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How Long Do Waiver States Have to Get Teacher-Evaluation Systems in Place?

How long do states with No Child Left Behind Act waivers have to get teacher-evaluation systems up and running? Maybe longer than you think.

It's no secret that teacher evaluation has been the toughest area of NCLB waiver implementation, from the get-go. And it's also no secret that the Obama administration has slowly shifted from taking a super hard line in this area to being much more flexible. (Or lax, depending on your viewpoint.)  

And now the administration has quietly allowed more than a dozen waiver states until the 2016-17 school year—Obama's very last year in office—to fully put in place teacher-evaluation systems that take student test scores into account.

The states, according to waiver-renewal letters sent this summer include: Alabama, Alaska, Connecticut, Delaware, Idaho, Kansas, New Hampshire, Ohio, Rhode Island, South Carolina, South Dakota, and Wisconsin. A couple others, including Arizona and Missouri, will get started next school year, but have until 2016-17 for full implementation

And at least two states, Arkansas and Massachusetts, have now been approved to shoot for the 2017-18 school year to get their systems fully in place, according to their renewal letters.

Federally mandated teacher evaluations through student outcomes have had a long and complicated history, which you can view in timeline form here.

The short version: Many states with waivers under the NCLB law were initially supposed to have teacher-evaluation systems that take student test scores into account up and running by the 2014-15 school year. (Those systems didn't need to be used to inform personnel decisions until later, however.)

The Obama administration was initially very firm on its timelines. It made Illinois wait for its waiver for more than a year because the state's law didn't conform to federal parameters for instance.

But, as states have struggled with the evalution systems there have also been a series of reprieves, including the tough-to-wrap-your-mind-around "waiver waivers."

Most prominently, though, last year, the department gave every state at least one more year to begin teacher evaluation through test scores. The announcement garnered some big headlines (OK, big as far as these wonky things go).

And it seemed (at least to me) that the change meant most states would generally be expected to have teacher evaluations fully in place by this coming school year, the 2015-16 school year. That way states didn't need to transition to new tests aligned to Common Core State Standards and new teacher evaluations that took scores on those tests into account at exactly the same time.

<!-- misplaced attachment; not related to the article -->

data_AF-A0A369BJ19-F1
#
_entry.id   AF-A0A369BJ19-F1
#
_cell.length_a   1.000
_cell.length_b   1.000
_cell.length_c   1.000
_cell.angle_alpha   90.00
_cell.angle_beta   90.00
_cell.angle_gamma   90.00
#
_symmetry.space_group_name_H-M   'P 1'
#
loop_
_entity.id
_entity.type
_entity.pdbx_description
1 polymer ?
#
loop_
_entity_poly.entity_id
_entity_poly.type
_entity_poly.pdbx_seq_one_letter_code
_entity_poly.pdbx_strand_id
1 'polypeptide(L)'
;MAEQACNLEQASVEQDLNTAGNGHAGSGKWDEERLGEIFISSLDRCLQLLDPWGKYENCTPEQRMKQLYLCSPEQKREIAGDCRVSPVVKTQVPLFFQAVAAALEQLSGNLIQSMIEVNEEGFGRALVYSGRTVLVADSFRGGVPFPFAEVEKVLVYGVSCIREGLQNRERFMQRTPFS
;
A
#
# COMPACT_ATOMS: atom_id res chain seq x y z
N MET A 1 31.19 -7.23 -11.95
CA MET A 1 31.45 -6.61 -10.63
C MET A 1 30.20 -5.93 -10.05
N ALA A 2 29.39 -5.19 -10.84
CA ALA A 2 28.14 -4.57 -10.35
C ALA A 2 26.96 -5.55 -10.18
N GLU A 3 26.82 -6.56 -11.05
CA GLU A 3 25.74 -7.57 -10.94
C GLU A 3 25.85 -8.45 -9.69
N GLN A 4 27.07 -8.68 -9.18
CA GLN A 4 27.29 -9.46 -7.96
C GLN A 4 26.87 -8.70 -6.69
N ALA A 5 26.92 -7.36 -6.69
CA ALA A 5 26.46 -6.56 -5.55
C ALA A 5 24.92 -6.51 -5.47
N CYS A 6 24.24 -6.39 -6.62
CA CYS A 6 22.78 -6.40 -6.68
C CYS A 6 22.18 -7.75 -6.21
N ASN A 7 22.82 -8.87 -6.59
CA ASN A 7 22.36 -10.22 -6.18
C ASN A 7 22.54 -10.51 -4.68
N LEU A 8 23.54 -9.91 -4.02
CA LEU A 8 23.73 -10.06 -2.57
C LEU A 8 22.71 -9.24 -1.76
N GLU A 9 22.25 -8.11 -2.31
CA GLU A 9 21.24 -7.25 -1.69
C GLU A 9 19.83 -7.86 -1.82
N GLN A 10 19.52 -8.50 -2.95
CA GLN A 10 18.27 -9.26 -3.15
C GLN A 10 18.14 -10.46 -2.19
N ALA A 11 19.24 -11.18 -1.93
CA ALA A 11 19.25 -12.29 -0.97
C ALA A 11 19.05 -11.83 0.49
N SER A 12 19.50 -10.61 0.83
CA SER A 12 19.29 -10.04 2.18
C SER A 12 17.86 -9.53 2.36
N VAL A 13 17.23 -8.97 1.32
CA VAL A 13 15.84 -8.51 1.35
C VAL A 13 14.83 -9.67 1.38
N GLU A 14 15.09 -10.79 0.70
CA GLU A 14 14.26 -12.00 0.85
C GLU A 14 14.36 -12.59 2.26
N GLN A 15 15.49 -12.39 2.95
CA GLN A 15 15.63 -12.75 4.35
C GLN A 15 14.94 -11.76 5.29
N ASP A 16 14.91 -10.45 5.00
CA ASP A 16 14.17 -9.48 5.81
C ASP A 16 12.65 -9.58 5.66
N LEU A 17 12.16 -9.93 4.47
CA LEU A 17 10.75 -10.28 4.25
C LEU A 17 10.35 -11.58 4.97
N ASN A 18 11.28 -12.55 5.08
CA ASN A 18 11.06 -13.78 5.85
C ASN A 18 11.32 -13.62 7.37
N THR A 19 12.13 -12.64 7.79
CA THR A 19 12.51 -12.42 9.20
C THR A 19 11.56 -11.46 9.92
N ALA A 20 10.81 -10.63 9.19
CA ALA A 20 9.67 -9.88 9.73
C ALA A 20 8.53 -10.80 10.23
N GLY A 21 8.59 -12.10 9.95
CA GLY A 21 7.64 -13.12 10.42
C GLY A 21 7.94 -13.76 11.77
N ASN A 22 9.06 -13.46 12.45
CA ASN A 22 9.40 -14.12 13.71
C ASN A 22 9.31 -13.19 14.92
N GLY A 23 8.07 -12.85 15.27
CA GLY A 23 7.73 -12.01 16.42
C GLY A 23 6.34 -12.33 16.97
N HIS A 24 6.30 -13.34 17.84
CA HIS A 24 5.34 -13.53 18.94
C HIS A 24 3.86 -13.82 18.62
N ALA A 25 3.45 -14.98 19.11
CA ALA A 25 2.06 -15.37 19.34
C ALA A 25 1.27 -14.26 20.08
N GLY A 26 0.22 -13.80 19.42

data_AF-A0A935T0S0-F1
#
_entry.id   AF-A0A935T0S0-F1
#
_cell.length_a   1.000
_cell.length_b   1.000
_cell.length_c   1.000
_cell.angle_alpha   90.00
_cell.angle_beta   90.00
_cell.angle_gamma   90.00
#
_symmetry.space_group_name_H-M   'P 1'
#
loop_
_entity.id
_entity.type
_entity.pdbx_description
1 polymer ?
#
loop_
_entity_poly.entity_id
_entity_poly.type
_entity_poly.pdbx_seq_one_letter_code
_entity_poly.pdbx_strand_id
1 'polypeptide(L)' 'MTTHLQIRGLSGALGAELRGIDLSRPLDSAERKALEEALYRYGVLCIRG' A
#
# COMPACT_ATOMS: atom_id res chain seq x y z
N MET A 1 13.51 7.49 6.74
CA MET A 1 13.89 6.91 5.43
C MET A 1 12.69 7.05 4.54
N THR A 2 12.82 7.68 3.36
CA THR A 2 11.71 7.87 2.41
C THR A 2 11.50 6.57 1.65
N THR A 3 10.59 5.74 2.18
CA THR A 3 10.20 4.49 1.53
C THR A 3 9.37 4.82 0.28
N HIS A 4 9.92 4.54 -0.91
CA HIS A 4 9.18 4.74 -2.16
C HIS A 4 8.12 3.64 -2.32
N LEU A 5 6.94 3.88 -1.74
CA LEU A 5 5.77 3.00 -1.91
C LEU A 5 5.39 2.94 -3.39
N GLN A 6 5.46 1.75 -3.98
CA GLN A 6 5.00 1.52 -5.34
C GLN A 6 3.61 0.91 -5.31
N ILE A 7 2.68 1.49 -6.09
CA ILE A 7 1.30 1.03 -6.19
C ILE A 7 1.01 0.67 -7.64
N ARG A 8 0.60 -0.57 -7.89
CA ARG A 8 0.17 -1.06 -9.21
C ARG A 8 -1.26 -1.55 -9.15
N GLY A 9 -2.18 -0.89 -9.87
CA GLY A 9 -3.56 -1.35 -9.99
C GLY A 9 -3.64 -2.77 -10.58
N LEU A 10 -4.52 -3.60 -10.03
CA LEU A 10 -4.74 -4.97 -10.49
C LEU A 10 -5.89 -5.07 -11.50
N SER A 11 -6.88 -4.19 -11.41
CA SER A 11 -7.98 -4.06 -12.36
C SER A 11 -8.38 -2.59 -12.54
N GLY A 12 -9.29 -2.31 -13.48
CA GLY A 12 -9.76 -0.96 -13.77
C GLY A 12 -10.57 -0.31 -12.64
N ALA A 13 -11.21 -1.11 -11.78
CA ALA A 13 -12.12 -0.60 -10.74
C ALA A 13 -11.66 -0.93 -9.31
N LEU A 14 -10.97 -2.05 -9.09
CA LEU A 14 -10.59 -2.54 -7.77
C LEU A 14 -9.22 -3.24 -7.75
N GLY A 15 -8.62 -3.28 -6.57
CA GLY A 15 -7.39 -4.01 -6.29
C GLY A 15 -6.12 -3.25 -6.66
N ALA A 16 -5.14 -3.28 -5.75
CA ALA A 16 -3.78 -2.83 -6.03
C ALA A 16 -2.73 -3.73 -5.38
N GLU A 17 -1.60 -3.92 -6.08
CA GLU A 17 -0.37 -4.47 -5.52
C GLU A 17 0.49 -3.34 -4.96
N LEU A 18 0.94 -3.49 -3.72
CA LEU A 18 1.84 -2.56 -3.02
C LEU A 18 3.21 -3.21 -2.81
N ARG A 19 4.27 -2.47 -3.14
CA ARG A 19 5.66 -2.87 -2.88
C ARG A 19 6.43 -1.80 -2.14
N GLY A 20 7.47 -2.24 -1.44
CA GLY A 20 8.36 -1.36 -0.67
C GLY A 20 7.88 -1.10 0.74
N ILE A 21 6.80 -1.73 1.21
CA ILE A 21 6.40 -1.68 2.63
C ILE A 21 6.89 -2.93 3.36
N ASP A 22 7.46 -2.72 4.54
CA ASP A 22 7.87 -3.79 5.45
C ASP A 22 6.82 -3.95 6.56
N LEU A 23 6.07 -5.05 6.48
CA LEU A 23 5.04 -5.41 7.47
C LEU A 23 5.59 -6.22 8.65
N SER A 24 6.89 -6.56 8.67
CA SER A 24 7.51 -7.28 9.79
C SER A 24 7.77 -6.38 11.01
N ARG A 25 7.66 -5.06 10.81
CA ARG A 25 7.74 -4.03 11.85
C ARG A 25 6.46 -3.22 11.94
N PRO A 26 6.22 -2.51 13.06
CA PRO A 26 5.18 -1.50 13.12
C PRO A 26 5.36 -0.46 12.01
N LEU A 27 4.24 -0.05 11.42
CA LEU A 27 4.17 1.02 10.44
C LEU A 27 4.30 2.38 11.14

Here's how U.S. Secretary of Education Arne Duncan described the change in a blog post, published on the department's site:

States will have the opportunity to request a delay in when test results matter for teacher evaluation during this transition. As we always have, we'll work with them in a spirit of flexibility to develop a plan that works, but typically I'd expect this to mean that states that request this delay will push back by one year (to 2015-16) the time when student growth measures based on new state assessments become part of their evaluation systems—and we will work with states seeking other areas of flexibility as well.

And here's how Deborah S. Delisle, who at the time was the assistant secretary of elementary and secondary education, put it in a letter to states:

The Department is offering [state education agencies] transitioning to new assessments the flexibility of additional time to incorporate student growth on State assessments for one year, during the transition to new assessments, which most States plan for 2014-2015.

She added, however, that states that needed other flexibility could ask for it.

Notice those caveats? Turns out they were key. A year after those announcements, the department seems to be willing to give states an even longer leash, up to the 2017-18 school year for at least two states, when the president will be out of office, to fully implement this tricky policy.

The good news, for anyone struggling to wrap their mind around all these twists and turns and all this confusing rhetoric? If the NCLB law is revamped this fall, as education leaders in Congress hope, none of this will matter anymore.

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